Deputy President William Ruto has made clear his plan and the challenge he now faces is how he will deliver on the promises should he win in August.
On Thursday, the deputy president set an ambitious agenda for his Kenya Kwanza government should they clinch victory next month.
He also boldly promised to undo some of Jubilee government’s policies, and introduce his own to transform the economy, overhaul the agricultural sector, make food affordable, provide housing and make healthcare accessible.
The Kenya Kwanza Alliance presidential candidate goes further than his rival Azimio la Umoja leader Raila Odinga’s manifesto, which was launched three weeks earlier, by making financial commitments and giving deliverables.
Yet, Ruto’s confidence in his own ability to deliver for the country could come as an undoing, should he win, by placing a target on his back. But is the devil really hiding in the details?
That Ruto went out of his way to give projections that he thinks his interventions would have, could show the conviction of the United Democratic Alliance (UDA) party leader.
Should he win and his transformational proposals remain unfulfilled, he could easily find himself coming under intense pressure. It is instructive that Ruto’s campaign has suffered consequences of unfulfilled campaign promises made by the Jubilee government.
While President Uhuru Kenyatta has remained largely unscathed, Ruto is the face of some major pledges and failings made by Jubilee government which include construction of stadiums across the country.
Ruto has given the public the yardstick to judge him by. He has also given his critics something to aim for. For instance, to appeal to the hawkers, Ruto has committed to enact laws that would guarantee trading licences and trading locations.
He said his government would work with the counties to provide one street trading premises for every 50 urban residents. This, he said, would increase average daily income of informal traders by Sh200.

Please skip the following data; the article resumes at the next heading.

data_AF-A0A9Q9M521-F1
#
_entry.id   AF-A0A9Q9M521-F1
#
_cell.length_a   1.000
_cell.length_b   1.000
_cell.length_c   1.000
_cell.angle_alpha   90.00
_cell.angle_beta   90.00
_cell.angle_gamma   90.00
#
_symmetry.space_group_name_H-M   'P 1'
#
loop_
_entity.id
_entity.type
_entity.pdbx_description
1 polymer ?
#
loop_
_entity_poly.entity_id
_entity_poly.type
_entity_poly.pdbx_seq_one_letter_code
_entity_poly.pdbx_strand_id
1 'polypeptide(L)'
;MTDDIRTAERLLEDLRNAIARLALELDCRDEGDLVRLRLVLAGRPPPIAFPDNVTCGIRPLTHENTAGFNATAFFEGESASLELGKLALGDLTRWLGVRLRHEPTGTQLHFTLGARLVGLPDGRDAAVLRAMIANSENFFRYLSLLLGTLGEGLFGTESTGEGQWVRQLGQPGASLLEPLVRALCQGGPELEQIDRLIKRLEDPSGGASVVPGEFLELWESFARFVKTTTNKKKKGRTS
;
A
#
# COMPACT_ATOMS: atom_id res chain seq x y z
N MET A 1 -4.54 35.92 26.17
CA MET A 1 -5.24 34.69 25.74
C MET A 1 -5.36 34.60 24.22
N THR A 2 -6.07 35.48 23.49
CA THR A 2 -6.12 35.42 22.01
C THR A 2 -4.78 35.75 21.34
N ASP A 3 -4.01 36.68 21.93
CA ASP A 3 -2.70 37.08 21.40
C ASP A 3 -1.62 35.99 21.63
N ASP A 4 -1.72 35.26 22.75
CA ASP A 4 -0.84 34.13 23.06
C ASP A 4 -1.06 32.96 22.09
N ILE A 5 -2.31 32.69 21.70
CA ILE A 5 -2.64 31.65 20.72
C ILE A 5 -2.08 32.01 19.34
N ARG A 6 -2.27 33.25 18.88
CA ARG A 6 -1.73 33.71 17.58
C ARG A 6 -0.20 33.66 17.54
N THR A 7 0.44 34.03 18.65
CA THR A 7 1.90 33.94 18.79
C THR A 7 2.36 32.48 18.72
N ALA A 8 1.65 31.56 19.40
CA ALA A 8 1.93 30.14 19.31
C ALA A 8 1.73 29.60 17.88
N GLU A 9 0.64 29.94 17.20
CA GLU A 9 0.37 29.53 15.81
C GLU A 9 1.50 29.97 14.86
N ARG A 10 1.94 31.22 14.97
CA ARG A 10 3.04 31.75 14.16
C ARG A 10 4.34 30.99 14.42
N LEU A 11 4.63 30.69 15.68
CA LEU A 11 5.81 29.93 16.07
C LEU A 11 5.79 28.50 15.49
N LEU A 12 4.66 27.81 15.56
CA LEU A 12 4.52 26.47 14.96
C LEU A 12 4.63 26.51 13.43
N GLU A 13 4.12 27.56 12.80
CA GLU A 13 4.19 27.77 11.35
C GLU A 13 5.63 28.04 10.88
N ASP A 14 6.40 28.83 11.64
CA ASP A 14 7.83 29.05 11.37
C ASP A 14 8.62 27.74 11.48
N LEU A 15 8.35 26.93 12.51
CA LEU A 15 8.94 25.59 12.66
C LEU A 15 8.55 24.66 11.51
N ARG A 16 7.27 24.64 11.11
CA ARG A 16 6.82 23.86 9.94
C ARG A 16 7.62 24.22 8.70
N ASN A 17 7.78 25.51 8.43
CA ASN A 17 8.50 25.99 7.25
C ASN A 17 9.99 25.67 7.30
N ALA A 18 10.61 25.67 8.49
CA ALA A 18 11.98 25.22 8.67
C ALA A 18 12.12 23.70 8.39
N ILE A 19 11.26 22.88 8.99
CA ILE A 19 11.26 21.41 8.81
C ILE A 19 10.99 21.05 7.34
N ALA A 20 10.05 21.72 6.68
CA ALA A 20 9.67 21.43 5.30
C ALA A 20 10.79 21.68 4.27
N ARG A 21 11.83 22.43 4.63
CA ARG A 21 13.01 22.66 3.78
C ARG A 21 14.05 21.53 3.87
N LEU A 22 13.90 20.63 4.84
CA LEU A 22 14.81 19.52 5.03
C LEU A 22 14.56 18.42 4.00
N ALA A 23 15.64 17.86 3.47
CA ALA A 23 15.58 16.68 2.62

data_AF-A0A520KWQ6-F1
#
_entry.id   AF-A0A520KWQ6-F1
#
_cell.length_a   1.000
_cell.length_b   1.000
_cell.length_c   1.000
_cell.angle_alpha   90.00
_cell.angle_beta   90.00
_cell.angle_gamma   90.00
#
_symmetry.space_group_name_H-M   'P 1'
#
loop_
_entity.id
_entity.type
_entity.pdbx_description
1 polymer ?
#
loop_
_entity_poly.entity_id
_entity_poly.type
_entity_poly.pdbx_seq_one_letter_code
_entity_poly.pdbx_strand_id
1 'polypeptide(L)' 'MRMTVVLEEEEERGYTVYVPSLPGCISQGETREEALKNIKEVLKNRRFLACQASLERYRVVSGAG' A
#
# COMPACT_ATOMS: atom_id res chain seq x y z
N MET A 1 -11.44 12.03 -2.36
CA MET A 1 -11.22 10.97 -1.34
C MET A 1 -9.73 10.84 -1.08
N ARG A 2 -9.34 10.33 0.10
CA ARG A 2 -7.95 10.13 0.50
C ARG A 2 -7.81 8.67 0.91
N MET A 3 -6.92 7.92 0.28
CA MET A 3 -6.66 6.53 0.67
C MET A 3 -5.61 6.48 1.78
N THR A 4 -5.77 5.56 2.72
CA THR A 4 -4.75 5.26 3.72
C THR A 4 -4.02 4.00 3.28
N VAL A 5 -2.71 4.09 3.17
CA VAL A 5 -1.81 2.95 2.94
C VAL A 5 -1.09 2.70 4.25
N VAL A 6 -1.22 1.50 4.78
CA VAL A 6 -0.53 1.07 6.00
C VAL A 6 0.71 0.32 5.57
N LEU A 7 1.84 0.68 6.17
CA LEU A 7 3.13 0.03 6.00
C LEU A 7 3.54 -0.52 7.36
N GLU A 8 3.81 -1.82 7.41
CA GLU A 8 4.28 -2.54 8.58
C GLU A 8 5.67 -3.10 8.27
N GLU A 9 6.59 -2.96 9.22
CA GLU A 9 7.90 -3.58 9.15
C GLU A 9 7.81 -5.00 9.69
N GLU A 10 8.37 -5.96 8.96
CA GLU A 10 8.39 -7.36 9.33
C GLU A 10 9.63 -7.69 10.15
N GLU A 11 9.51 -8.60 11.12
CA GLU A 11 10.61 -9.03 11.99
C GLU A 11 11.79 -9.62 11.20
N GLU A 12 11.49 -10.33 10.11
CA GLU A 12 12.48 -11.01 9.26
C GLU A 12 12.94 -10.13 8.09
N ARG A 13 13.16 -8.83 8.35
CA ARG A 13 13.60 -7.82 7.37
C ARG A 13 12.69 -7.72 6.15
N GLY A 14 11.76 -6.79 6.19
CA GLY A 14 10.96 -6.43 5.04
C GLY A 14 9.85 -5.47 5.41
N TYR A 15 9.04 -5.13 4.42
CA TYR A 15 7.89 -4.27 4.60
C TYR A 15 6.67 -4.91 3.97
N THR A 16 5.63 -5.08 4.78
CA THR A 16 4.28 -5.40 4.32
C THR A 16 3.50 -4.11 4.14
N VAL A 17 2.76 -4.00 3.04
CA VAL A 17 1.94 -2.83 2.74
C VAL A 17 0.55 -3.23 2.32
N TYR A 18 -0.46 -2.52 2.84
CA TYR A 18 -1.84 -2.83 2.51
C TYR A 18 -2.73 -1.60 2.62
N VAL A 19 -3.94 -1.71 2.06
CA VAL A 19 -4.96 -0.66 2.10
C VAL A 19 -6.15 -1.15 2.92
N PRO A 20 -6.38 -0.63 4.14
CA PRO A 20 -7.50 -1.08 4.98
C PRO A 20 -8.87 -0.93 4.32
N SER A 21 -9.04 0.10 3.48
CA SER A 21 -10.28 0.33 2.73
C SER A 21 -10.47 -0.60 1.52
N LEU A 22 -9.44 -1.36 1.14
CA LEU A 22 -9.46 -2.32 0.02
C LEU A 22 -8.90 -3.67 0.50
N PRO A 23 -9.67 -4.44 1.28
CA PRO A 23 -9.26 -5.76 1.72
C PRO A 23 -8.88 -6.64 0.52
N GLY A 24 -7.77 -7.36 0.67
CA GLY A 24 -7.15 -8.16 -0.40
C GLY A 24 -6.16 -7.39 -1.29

But this pledge could potentially put Ruto on a collision course with the county governments or with hawkers who will expect to sell freely on the streets.
The manifesto has become a topic of discussions with some analysts arguing that it is too detailed.
Details are avoided
The pundits believe he could have unwittingly set himself up for failure by making promises without considering that, even if he won, there are circumstances that could impede his ability to deliver.
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“Going into detail is like a providing the rope that can be used to hang you. Details are always avoided because they are unseen challenges,” political analyst Herman Manyora says.
He argues that Ruto should have kept away from the specifics to give himself room to adjust should he find that the atmosphere is not one he expected.
“Anybody who has occupied public office will tell you from outside things look very easy but the moment you are inside, you realise there are challenges that you couldn’t have imagined. So you have to leave room for yourself to make a few changes,” said Manyora, adding that is the reason you do not provide details.
He also said it would be easy to dismiss a candidate as populist based on the promises they have made. In the course of running government, some pledges could be altered or abandoned, he said.
“One of the biggest problems of the Kenya Kwanza manifesto is the issue of details,” said Prof Peter Wanyande on a TV panel discussing the manifesto. “You do not put detail in a manifesto. It’s a statement of intent.”
But other analysts say as the public becomes more aware of their needs and what they need their leaders to do, it becomes necessary for them to show how they would do it and the results to expect.
Edward Kisiang’ani, a political scientist, said rather than set a trap for himself, Ruto had raised the bar. “People who will come after Ruto will be required to make a certain commitment which will be a marking scheme for their performance. I do not think Ruto fears any criticism,” said Prof Kisiang’ani.
President Kenyatta yesterday hit out at Ruto, asking voters to be skeptical about the promises the DP is making.
“We have some leaders moving around the country making a lot of noise about what they will do yet they had an opportunity to serve for the last eight years,” said Uhuru.